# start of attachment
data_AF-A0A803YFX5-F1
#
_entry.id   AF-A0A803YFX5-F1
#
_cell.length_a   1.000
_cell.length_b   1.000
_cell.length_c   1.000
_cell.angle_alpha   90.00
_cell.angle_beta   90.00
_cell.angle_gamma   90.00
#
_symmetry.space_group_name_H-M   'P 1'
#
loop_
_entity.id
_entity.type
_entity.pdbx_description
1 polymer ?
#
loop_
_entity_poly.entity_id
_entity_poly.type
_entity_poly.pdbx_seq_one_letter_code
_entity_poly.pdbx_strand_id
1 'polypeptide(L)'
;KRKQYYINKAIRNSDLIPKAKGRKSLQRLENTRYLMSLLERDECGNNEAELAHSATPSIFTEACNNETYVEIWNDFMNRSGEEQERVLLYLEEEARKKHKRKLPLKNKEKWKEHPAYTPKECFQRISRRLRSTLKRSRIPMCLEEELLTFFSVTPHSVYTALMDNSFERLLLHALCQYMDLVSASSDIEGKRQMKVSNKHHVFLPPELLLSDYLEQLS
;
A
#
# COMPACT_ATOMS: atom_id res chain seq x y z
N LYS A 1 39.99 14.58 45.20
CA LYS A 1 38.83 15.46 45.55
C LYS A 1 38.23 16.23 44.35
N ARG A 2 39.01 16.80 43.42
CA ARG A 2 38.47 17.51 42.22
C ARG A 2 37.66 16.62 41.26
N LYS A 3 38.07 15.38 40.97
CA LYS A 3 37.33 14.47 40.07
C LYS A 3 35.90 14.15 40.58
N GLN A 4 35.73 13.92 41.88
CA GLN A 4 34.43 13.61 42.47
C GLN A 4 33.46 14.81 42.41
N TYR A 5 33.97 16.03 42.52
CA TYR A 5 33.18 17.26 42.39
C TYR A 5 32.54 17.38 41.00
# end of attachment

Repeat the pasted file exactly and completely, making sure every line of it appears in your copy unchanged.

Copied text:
data_AF-A0A803YFX5-F1
#
_entry.id   AF-A0A803YFX5-F1
#
_cell.length_a   1.000
_cell.length_b   1.000
_cell.length_c   1.000
_cell.angle_alpha   90.00
_cell.angle_beta   90.00
_cell.angle_gamma   90.00
#
_symmetry.space_group_name_H-M   'P 1'
#
loop_
_entity.id
_entity.type
_entity.pdbx_description
1 polymer ?
#
loop_
_entity_poly.entity_id
_entity_poly.type
_entity_poly.pdbx_seq_one_letter_code
_entity_poly.pdbx_strand_id
1 'polypeptide(L)'
;KRKQYYINKAIRNSDLIPKAKGRKSLQRLENTRYLMSLLERDECGNNEAELAHSATPSIFTEACNNETYVEIWNDFMNRSGEEQERVLLYLEEEARKKHKRKLPLKNKEKWKEHPAYTPKECFQRISRRLRSTLKRSRIPMCLEEELLTFFSVTPHSVYTALMDNSFERLLLHALCQYMDLVSASSDIEGKRQMKVSNKHHVFLPPELLLSDYLEQLS
;
A
#
# COMPACT_ATOMS: atom_id res chain seq x y z
N LYS A 1 39.99 14.58 45.20
CA LYS A 1 38.83 15.46 45.55
C LYS A 1 38.23 16.23 44.35
N ARG A 2 39.01 16.80 43.42
CA ARG A 2 38.47 17.51 42.22
C ARG A 2 37.66 16.62 41.26
N LYS A 3 38.07 15.38 40.97
CA LYS A 3 37.33 14.47 40.07
C LYS A 3 35.90 14.15 40.58
N GLN A 4 35.73 13.92 41.88
CA GLN A 4 34.43 13.61 42.47
C GLN A 4 33.46 14.81 42.41
N TYR A 5 33.97 16.03 42.52
CA TYR A 5 33.18 17.26 42.39
C TYR A 5 32.54 17.38 41.00